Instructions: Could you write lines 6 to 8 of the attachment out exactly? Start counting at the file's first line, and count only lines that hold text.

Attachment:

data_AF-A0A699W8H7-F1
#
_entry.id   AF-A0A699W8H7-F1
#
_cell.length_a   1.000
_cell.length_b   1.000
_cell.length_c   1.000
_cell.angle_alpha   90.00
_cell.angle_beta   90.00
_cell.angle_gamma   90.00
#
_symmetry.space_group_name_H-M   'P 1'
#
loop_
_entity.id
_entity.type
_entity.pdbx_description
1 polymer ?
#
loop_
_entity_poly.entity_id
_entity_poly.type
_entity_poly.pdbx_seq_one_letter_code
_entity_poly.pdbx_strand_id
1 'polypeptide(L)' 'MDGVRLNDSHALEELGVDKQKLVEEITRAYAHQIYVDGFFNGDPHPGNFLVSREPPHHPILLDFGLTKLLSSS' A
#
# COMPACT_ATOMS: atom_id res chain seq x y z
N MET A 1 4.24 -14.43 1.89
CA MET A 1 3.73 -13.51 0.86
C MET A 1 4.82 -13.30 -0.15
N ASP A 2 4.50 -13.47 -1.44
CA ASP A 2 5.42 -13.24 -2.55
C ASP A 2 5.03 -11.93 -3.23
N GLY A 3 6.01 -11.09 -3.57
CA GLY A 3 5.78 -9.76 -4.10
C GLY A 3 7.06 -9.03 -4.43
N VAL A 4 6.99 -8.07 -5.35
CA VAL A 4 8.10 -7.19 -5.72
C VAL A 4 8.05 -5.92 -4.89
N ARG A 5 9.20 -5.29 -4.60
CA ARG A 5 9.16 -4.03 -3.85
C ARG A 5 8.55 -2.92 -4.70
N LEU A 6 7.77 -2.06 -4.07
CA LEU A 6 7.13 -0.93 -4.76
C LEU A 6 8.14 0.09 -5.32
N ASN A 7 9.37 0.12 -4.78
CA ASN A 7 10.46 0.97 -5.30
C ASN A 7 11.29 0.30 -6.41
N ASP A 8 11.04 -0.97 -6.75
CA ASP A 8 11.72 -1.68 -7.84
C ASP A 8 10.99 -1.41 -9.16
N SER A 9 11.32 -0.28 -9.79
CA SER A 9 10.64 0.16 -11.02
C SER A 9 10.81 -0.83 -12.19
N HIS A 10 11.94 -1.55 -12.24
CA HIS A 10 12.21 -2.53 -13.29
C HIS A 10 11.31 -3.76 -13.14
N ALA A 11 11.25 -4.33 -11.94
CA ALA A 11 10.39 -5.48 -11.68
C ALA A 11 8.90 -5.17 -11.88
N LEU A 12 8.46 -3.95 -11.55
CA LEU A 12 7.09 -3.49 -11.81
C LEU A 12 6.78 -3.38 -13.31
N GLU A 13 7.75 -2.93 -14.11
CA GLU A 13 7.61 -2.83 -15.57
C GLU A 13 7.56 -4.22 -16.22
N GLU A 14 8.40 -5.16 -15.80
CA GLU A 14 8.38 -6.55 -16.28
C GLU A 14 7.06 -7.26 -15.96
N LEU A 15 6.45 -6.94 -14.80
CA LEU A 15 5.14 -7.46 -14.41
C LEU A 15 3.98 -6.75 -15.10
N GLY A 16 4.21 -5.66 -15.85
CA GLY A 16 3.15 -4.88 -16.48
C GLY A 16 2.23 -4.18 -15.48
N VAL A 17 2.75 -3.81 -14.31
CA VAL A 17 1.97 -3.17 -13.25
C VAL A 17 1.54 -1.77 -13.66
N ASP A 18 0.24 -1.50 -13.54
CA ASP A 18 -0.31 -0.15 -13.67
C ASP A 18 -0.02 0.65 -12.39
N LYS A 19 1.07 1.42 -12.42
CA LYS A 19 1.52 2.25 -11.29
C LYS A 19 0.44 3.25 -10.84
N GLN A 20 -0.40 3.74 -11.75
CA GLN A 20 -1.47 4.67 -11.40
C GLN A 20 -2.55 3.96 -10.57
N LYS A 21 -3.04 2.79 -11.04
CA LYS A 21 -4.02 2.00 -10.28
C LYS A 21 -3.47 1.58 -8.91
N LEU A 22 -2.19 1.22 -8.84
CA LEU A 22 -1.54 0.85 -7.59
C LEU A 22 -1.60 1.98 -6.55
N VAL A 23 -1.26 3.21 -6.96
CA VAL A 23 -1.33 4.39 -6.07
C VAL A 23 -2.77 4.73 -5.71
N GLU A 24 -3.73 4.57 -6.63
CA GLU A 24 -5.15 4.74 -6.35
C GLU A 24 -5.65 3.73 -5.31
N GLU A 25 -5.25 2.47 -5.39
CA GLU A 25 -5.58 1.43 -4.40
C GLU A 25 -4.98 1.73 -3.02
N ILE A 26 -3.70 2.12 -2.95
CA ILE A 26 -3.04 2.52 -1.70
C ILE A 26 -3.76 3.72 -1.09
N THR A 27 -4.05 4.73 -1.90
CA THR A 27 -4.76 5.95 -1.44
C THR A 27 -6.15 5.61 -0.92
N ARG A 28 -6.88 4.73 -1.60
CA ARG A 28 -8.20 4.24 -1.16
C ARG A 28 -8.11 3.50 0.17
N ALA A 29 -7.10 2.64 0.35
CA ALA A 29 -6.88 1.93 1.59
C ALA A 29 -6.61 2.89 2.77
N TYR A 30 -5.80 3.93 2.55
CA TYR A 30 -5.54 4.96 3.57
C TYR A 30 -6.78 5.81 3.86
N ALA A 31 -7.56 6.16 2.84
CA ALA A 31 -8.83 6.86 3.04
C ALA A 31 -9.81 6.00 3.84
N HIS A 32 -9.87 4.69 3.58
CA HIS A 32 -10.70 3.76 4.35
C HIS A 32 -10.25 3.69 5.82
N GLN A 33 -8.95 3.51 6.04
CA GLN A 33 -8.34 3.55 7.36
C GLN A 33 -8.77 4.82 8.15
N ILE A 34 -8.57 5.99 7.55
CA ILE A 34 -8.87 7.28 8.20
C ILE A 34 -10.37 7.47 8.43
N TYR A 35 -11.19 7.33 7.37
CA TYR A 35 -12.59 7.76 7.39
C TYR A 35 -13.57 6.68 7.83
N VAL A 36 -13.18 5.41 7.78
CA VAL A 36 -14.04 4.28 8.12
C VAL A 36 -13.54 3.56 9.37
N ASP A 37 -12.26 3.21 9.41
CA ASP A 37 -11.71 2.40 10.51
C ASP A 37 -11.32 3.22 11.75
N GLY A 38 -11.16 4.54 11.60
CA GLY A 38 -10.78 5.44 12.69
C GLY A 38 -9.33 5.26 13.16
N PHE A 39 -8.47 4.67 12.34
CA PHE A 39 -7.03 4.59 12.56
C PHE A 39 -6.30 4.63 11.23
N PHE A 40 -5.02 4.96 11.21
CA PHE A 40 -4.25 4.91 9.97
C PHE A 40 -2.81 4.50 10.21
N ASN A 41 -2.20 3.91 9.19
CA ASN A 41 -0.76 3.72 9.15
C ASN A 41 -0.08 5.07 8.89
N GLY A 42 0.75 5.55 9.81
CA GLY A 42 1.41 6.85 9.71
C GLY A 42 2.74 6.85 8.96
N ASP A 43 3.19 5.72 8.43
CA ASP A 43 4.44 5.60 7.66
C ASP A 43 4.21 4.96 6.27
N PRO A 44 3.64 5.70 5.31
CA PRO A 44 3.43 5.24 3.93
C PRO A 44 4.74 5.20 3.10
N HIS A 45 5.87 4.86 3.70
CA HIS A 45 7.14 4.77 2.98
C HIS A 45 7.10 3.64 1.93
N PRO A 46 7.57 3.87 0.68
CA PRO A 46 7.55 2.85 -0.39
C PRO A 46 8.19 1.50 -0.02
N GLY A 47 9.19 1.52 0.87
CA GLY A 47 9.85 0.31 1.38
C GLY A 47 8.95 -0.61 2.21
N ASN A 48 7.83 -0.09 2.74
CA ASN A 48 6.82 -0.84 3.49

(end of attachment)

_cell.length_b   1.000
_cell.length_c   1.000
_cell.angle_alpha   90.00